Report & Essay
Translated From Kibakizungu

Report & Essay

Translated From Kibakizungu
Wambui Mwangi


We have the most hallucination-inducing leaders—they are surpassingly bad at everything, or extremely good, depending on your point of view.

Kibaki, in effect, has said:
… Look. We Kikuyus endured twenty-four years of that Kalenjin man’s rule, and were regularly rigged out. We knew it, and so did you. We, unlike our violent Luo lesser-citizens or our wanna-be Kalenjin friends, did not engage in wanton acts of destruction for this reason. We bore our Moi-years burden in silence and with decorum, like everybody else in this country, we even managed to keep our heads above water, more or less. We had saved and secreted away enough, although diminished, shillings to begin to build again—and we have been working hard.

You must admit that the street lights in Nairobi work now, and remember the new beauty of the roundabouts. Don’t you like flowers? And on this point: please tell your guys to stop burning our flower farms in the Rift Valley: there is going to be a rose crisis in Europe if you don’t watch out. It isn’t as if the new supermarkets and shops only sell things to Kikuyus: we’re all winning, here, guys! We were about to do global IPOs, bwana! We waited for our turn to come, and in 2002, it did (okay, it came for us again, but who’s counting?).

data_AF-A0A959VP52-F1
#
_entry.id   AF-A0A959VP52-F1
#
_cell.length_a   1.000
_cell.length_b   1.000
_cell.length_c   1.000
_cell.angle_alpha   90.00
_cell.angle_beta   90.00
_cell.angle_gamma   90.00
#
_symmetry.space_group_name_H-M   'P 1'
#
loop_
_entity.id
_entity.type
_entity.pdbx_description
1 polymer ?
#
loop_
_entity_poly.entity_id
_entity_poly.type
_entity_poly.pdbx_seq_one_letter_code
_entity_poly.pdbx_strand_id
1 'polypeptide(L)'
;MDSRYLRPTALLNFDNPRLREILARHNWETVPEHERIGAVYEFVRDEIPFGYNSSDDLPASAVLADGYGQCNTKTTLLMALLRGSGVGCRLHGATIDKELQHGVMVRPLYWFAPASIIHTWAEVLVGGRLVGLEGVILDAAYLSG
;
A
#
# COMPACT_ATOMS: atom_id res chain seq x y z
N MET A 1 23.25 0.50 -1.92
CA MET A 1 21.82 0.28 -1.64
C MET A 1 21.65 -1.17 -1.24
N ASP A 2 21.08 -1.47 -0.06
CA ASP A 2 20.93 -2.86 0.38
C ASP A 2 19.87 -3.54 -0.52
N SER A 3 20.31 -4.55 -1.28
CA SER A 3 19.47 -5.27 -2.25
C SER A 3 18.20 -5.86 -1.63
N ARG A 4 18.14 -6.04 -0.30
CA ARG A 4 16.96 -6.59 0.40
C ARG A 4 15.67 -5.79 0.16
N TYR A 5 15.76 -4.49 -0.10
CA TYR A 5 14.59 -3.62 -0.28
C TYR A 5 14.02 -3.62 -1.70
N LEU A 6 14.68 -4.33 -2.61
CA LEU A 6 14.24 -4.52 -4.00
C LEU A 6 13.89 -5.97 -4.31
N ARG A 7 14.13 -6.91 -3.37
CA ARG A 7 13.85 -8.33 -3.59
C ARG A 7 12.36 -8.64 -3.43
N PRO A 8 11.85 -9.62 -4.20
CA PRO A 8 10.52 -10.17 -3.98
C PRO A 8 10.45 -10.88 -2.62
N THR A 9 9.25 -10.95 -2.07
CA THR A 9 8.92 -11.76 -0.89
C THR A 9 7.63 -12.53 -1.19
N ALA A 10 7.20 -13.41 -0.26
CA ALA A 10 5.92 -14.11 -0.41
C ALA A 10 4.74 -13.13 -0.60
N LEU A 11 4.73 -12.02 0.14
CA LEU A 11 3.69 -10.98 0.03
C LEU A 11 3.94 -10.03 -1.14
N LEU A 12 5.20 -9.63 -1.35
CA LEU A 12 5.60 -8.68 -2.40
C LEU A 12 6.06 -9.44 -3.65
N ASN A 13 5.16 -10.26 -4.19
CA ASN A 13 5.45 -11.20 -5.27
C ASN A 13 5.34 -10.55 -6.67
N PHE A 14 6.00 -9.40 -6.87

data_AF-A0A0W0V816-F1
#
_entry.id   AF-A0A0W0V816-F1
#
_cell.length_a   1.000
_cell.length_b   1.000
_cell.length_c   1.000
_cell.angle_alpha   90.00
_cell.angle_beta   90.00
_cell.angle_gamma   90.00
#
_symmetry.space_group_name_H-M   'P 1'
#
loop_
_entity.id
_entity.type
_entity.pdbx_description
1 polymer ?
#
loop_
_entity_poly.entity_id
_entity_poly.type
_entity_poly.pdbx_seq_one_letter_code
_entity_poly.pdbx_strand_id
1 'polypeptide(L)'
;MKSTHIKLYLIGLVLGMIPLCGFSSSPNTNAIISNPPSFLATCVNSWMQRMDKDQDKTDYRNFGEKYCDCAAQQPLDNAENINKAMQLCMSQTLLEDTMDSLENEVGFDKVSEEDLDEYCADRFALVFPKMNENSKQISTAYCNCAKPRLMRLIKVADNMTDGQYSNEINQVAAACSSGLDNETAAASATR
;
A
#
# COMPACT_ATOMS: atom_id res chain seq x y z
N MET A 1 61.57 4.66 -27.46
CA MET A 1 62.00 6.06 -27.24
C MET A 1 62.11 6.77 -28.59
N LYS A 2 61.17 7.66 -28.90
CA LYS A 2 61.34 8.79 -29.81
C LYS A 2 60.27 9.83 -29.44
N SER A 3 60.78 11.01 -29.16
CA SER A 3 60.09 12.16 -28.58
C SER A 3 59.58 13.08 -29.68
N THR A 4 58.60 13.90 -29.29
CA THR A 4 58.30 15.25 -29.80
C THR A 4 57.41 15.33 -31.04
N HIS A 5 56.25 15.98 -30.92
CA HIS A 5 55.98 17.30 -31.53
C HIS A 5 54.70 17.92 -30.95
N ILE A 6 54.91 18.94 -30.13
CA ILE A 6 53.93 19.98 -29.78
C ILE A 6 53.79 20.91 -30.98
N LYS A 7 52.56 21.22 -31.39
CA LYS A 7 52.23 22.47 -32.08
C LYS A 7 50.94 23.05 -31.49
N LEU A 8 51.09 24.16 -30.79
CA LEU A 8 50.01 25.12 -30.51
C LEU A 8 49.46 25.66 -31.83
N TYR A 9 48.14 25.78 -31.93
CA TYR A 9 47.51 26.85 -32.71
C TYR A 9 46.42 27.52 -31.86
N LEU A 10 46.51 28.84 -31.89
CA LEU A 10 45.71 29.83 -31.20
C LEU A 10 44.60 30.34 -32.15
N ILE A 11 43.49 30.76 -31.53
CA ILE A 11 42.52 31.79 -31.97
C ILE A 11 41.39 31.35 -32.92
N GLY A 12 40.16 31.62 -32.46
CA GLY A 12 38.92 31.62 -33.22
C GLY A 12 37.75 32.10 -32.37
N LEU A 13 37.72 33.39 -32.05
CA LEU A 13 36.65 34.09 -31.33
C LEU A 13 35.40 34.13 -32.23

We now do not understand what all this unmannerly screaming and shouting and wielding of pangas and matchboxes and gallons of petrol is all about, as we expect you to understand that you must stand in line. It isn’t your turn yet.